Wednesday, December 12, 2007

Khaki tales

It’s been a loooong time and I am so relieved to be back here. Post a heavy meal, spirits are soaring and the mood is just right to blog away to my heart’s content.

A lot has happened since my last post, but the most pressing thing on my mind concerns the auto drivers of Bangalore. I deposit half my salary into my house rent, and the rest into the khaki pockets of this smart brigade. Just the thought of them raises mixed emotions. All of them seems to have passed through some finishing school, where the phrases “20 rupees extra”,” 100 rupees hoga” have been imprinted on their subconscious mind. Credit goes to them for having transformed me from a mild-mannered polite girl to a street-smart, belligerent person. Honestly, I had not realized the extent of this change until my dear mom happened to visit me in Bangalore, and an ensuing auto ride brought out my well-developed fighting skills, leaving her open-mouthed and shocked beyond words.
A few years ago, such an altercation with any person, let alone a stranger would have spoiled my mood and my day. But now I am amazed at how quickly I can transform from a hostile persona to one exuding charm as soon as the khaki has vanished. Ah, the magic of Bangalore.

But again, if it had not been for them, how would I have zipped around Bangalore, getting my things done on time. I am not the least ashamed to say that I WILL NOT drive on the streets of Bangalore. Tempt me with double the money I pay off to my driver brethren, and I will still resist. I look on with envy and admiration as those who put their lives at stake on the teeming roads every day swerve and skid and just about miraculously manage to not collide with others of their tribe and pedestrians for whom the terms footpath and road make no difference.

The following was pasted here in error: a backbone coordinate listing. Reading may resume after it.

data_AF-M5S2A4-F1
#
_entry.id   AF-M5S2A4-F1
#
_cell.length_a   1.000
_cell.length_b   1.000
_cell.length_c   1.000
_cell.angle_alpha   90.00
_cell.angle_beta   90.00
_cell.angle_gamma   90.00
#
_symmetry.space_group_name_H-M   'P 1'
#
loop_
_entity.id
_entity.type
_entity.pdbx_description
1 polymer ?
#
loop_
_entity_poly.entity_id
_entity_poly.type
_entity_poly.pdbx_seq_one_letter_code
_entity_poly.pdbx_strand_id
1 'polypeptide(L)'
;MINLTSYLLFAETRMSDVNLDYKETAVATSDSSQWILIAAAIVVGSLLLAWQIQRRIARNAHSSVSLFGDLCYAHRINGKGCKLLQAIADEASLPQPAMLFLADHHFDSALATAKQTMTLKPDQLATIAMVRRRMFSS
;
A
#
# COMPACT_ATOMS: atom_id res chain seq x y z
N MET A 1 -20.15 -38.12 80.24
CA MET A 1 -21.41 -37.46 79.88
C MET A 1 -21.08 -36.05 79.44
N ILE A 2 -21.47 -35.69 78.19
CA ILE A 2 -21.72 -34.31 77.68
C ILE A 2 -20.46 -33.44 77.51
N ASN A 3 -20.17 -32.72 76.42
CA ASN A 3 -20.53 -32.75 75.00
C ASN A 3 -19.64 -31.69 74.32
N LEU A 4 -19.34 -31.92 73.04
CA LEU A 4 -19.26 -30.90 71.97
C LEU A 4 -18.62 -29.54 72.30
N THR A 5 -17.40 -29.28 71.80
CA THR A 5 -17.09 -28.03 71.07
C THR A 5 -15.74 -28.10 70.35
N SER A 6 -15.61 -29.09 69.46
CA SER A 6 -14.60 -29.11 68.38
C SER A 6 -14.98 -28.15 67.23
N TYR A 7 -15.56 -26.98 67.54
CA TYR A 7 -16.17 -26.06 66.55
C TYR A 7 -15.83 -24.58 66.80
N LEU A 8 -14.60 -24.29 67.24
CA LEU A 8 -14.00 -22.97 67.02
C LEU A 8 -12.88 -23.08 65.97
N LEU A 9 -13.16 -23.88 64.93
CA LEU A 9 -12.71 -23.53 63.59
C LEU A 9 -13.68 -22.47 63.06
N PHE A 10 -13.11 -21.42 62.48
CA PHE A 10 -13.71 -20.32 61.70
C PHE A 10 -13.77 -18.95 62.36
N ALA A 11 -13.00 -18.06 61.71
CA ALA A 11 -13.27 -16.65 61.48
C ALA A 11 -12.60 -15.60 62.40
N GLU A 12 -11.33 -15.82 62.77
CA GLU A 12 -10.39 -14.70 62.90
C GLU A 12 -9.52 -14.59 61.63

Thinking in this context, I must admit that the presence of auto drivers do away with a lot of discomfort, especially the one you experience at the prospects of clambering onto a BMTC bus. And they too are humans, as my mom points out. They too have dreams and ambitions, though maybe not as outrageous as mine. They have kids to send to school, unlike me. Thy have families to take care of, again unlike me. So, they too have a right to my money, as much as I do? Hey, that’s socialism, which I don’t subscribe to. And while I am not sure whether these auto drivers hold a socialist view or not, they definitely have an eye on the supposedly cash-strapped pockets of those working in the tall IT firms, which they fondly call “the Glass Houses”. If only they knew how much cash was actually left to strap to my pockets…

One day, when I become a billionaire, I vow to give every auto driver 20 rupees more than the meter fare. But till that day, I vow to keep fighting for the sake of the few rupee notes I cling onto.

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